China's $5 Trillion Market Rout Creates Historic Gap With Indian Shares
India dubbed the "next China," has emerged as an attractive alternative with Asia's fastest economic growth.
Comparatively to the MSCI India index, which increased by nearly 10% in the recently ended quarter, the MSCI China index fell by 23%. The largest gain since March 2000 was 33% for the MSCI India index.
Due to Beijing's COVID Zero initiative, regulatory crackdowns, and tensions with the West, Chinese stocks have fallen by $5 trillion since the beginning of 2021. And India, long dubbed the "next China," has emerged as a promising alternative thanks to Asia's strongest economic growth.
Market veteran Mark Mobius has prioritized India over China since the start of this year. India is a significant holding in some of Jupiter Asset Management's emerging-market funds, the company claims. The amount of money M&G Investments (Singapore) PTE allocates to India will be increased in 2022.
Why is India outperforming China?
(1) Because of its thriving domestic market, India may fare better than most other emerging countries in the event of a global recession. In the long run, China's decoupling from the US may open doors for Indian businesses to expand their global footprint.
(2) As China's draconian lockdowns continue to have an impact on these supply chains, the demand for an alternative is growing.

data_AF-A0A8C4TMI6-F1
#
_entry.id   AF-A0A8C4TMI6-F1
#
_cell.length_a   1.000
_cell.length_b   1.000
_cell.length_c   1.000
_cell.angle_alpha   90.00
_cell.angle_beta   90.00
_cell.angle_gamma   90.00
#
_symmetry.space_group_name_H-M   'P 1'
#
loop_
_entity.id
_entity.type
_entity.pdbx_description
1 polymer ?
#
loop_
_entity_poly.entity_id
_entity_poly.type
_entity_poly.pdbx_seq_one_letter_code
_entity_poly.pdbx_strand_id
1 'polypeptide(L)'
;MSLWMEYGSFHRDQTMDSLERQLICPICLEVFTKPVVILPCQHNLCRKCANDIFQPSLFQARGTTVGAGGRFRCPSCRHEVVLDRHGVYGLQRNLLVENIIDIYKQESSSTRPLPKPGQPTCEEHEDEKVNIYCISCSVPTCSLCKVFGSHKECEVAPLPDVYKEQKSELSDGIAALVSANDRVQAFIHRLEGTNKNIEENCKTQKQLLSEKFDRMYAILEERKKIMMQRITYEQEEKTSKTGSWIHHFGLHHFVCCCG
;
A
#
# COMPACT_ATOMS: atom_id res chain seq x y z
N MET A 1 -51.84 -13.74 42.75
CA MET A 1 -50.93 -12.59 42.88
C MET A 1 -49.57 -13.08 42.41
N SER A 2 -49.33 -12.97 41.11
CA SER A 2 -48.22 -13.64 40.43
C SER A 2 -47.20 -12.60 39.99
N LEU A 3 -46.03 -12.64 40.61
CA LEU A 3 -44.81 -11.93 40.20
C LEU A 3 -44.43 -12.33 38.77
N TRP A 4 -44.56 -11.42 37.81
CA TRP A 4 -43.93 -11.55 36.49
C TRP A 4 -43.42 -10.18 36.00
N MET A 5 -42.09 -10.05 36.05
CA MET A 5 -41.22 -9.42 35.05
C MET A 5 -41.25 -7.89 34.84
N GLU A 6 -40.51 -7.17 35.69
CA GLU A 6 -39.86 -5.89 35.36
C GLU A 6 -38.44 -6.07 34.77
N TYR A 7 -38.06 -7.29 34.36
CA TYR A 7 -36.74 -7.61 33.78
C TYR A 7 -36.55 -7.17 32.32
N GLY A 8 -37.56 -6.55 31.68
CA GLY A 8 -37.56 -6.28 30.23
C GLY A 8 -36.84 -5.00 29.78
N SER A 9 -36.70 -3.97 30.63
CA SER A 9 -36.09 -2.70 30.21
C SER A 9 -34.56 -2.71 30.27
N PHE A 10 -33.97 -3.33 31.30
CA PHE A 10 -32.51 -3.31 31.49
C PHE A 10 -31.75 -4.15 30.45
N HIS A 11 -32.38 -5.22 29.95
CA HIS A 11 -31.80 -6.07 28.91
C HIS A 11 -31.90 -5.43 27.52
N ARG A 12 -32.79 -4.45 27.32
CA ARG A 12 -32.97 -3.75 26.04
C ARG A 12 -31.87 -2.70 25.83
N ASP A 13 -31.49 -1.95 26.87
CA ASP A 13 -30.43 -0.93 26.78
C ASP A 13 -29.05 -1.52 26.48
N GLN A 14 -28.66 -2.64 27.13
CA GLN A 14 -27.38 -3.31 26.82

(3) Significant foreign firms have benefited from South Asia's impressive manufacturing capabilities. Apple Inc., which has traditionally manufactured the majority of its iPhones in China, began manufacturing the new iPhone 14 in India earlier than expected following a flawless production rollout. Citigroup Inc. sees India as an important overseas market for expansion.
As a result of its growing market influence, India's weight in the MSCI Emerging Markets Index has increased by more than 7% points in the two years leading up to September. The overall performance of Chinese and Hong Kong stocks has dropped by more than ten points.
When did divergence start?
The significant divergence between the two stock markets began in February 2021, when tightening liquidity conditions in China contributed to the unwinding of a two-year bull market in equities. Meanwhile, thanks to an unprecedented retail investing boom, Indian equities have continued to set new highs.
Since then, the MSCI China Index's aggregate market value of enterprises has fallen by $5.1 trillion, and the index closed Friday (30 September 2022) at its lowest level since July 2016. The MSCI India Index, which reached a new high earlier this year, has gained approximately $300 billion.
Additionally, investor positioning has changed. India is receiving record amounts from global EM funds, while China is only modestly recovering from a sharp decline in recent quarters.
The growing investor capital allocation to Asia ex-China and India-only funds suggests that this shift is still in its early stages. Some of the obstacles to investing in China seem to be more long-lasting and structural than anticipated.